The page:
Surviving the desert of our lives
At any age, often without warning, we might suddenly find ourselves in the ‘desert’, a state of extreme emotional and/or physical hardship. I was in this place following the death of my twin sister. I don’t remember the details; it was simply a long, weary, grayness. I wandered through my life on autopilot, scarcely caring about my responsibilities. If I appeared to be coping it was a mirage because my heart felt arid, my feelings numbed and the future a bleak continuation of present misery. I could not find the energy to pray. Indeed, I didn’t recognize God at all in this experience. For years I was angry with God for perceived injury and persistent inattention.
Desert times often accompany chronic illness or the death of a loved one. Sometimes we have lost a job or an important relationship. Each of these circumstances cause great (and some may say necessary), grief. If we’re lucky, we will grieve in a supportive environment and eventually find our way out. However sometimes, through no fault of our own, we become stuck in a place of lifelessness and pain – a desert of the soul. By the grace of God, I eventually emerged from my ‘desert’. Life still has sorrows in every season but now I don’t feel as stranded as I did before. Curiously, what helped me is learning more about Nature’s deserts.
In nature the desert is not lifeless. It’s filled with plants and animals which have adapted to the harsh conditions. These remarkable creations not only survive but thrive. I’m particularly struck by the coping strategies of plants. Here are some of those methods which might translate into spiritual strategies to survive our own desert times.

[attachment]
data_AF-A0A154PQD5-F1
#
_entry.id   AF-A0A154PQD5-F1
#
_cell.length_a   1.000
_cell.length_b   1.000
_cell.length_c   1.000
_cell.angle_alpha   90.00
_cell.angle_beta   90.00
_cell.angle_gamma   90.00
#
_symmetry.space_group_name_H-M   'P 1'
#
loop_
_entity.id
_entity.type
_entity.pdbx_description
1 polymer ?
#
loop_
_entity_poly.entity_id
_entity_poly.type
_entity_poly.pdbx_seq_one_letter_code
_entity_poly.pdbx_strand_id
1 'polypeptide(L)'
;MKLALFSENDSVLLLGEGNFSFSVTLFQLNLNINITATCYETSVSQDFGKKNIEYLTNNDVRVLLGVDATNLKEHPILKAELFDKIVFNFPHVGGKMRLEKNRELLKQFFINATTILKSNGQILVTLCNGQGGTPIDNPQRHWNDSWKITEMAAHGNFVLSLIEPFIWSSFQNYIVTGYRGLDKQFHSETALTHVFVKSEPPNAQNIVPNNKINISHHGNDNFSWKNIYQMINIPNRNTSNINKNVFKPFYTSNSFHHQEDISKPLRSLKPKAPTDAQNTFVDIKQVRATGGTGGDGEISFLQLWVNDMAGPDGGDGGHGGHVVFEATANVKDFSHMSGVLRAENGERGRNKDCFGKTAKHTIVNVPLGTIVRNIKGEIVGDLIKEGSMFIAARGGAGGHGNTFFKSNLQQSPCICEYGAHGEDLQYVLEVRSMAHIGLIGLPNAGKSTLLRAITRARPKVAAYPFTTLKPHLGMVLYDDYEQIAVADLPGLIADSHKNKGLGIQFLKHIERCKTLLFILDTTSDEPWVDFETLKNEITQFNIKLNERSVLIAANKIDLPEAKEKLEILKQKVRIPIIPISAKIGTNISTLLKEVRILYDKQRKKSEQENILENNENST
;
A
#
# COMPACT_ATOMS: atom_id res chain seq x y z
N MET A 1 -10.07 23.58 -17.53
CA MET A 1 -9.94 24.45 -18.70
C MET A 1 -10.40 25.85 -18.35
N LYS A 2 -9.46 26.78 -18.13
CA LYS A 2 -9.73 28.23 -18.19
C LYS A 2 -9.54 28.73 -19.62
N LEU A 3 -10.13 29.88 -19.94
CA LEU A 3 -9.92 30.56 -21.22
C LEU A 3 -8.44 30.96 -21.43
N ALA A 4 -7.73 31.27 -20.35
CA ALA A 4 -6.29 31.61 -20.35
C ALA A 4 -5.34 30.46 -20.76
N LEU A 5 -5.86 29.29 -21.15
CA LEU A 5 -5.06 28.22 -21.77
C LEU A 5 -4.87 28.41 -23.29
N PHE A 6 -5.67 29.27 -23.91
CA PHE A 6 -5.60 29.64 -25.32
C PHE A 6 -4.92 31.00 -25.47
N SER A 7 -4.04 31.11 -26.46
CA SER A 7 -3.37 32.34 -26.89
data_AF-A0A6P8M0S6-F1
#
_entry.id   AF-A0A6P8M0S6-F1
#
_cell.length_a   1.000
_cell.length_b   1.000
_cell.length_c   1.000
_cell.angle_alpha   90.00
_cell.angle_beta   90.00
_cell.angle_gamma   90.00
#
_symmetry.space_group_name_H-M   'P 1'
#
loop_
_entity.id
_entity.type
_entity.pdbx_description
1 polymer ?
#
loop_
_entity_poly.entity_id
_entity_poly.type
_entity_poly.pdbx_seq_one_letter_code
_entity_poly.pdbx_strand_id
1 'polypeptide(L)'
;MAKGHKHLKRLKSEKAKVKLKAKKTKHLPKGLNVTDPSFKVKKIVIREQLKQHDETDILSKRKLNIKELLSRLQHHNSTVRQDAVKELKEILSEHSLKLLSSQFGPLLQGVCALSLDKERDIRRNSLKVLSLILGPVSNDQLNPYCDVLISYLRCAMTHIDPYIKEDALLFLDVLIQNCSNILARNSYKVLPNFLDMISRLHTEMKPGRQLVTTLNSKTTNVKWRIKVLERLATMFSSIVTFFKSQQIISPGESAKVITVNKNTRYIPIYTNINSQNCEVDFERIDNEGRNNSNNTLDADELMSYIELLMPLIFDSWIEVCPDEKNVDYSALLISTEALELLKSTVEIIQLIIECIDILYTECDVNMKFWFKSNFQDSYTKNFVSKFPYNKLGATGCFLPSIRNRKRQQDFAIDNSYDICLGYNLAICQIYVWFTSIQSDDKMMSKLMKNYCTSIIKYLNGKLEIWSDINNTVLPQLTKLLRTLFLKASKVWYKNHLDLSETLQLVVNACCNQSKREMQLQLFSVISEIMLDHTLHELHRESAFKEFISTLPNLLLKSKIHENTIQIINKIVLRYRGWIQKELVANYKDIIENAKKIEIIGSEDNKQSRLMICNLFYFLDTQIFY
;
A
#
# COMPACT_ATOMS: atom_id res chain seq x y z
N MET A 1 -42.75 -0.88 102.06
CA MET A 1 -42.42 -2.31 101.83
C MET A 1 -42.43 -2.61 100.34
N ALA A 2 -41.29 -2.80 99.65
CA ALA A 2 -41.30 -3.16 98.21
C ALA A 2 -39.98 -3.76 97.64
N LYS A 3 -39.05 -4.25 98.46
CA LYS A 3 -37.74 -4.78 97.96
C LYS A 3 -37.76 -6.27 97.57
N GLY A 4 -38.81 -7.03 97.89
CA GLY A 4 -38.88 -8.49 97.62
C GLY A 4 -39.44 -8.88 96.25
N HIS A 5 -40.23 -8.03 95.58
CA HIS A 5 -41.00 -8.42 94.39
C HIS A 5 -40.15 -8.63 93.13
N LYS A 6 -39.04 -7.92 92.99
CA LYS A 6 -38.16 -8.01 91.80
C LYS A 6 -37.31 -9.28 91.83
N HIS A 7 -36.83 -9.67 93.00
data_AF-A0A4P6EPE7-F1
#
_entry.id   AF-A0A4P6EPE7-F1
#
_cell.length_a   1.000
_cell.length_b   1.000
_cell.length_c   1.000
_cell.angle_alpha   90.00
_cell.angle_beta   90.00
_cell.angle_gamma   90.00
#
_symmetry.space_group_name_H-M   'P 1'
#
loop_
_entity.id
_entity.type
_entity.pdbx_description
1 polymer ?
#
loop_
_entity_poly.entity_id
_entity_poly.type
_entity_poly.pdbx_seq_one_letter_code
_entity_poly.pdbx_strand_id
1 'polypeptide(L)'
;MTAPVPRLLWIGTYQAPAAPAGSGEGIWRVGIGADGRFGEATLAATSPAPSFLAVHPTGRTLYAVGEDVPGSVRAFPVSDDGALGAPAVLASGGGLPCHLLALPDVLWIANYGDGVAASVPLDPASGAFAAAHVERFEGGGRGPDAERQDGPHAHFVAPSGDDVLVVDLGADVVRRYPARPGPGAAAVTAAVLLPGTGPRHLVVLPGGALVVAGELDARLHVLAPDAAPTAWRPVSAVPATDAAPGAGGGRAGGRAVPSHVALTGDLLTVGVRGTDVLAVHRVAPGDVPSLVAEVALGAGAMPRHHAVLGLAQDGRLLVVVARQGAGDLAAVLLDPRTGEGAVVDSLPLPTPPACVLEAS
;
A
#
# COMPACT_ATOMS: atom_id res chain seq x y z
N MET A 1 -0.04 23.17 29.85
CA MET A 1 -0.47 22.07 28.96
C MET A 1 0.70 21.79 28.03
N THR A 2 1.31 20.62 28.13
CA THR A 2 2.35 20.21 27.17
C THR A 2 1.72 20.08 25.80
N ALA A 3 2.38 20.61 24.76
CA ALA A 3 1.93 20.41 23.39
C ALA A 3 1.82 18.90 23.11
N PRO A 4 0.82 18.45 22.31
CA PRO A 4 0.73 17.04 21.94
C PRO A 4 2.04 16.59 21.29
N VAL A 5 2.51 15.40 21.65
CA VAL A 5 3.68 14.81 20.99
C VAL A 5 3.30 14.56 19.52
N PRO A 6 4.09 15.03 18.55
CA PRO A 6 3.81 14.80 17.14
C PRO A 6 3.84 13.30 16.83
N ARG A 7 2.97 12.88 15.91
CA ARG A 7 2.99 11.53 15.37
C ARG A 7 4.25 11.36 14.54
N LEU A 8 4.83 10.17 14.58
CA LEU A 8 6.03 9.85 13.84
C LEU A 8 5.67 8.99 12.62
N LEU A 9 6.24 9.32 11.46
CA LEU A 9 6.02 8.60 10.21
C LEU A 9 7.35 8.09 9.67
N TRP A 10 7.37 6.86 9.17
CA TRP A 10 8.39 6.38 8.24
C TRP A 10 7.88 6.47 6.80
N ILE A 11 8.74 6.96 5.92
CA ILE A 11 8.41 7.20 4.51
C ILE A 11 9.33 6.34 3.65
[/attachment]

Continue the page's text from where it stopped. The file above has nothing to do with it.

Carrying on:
Vast root systems
Mesquite plants can have tap roots 80-100 feet long, reaching deep into the soil to find water. Cactuses have shallow but extensive root mats which extend far beyond their stems so that they can absorb every drop of rain when it falls.
By going deep and wide in our prayer life, we will be more likely to receive the comfort of the Holy Spirit. So when our daily Scripture reading becomes rote, keep reading. When our prayers become stale, keep praying. When we don’t feel the least bit holy, keep coming for the Eucharist. Staying accessible to God increases the likelihood that eventually we’ll feel his presence.
Small leaf surfaces
Cacti have leaves so narrow that they resemble spines. This is to reduce the loss of water to the environment.
When we’re hurting it’s OK to withdraw from the world. Well-meant comments can feel overwhelming so reduce contacts and commitments if you need to. But don’t isolate entirely. Keeping even a sporadic connection to our community or parish ensures the fraternity we may not even realize we need.
Succulents have evolved to store water in their leaves, stems and even in tubers underground.
In our driest times we might find hidden reserves in places we never expected. I discovered peace at silent retreats which I’d previously avoided. A woman I know found meaning in writing a book about her husband’s terminal illness.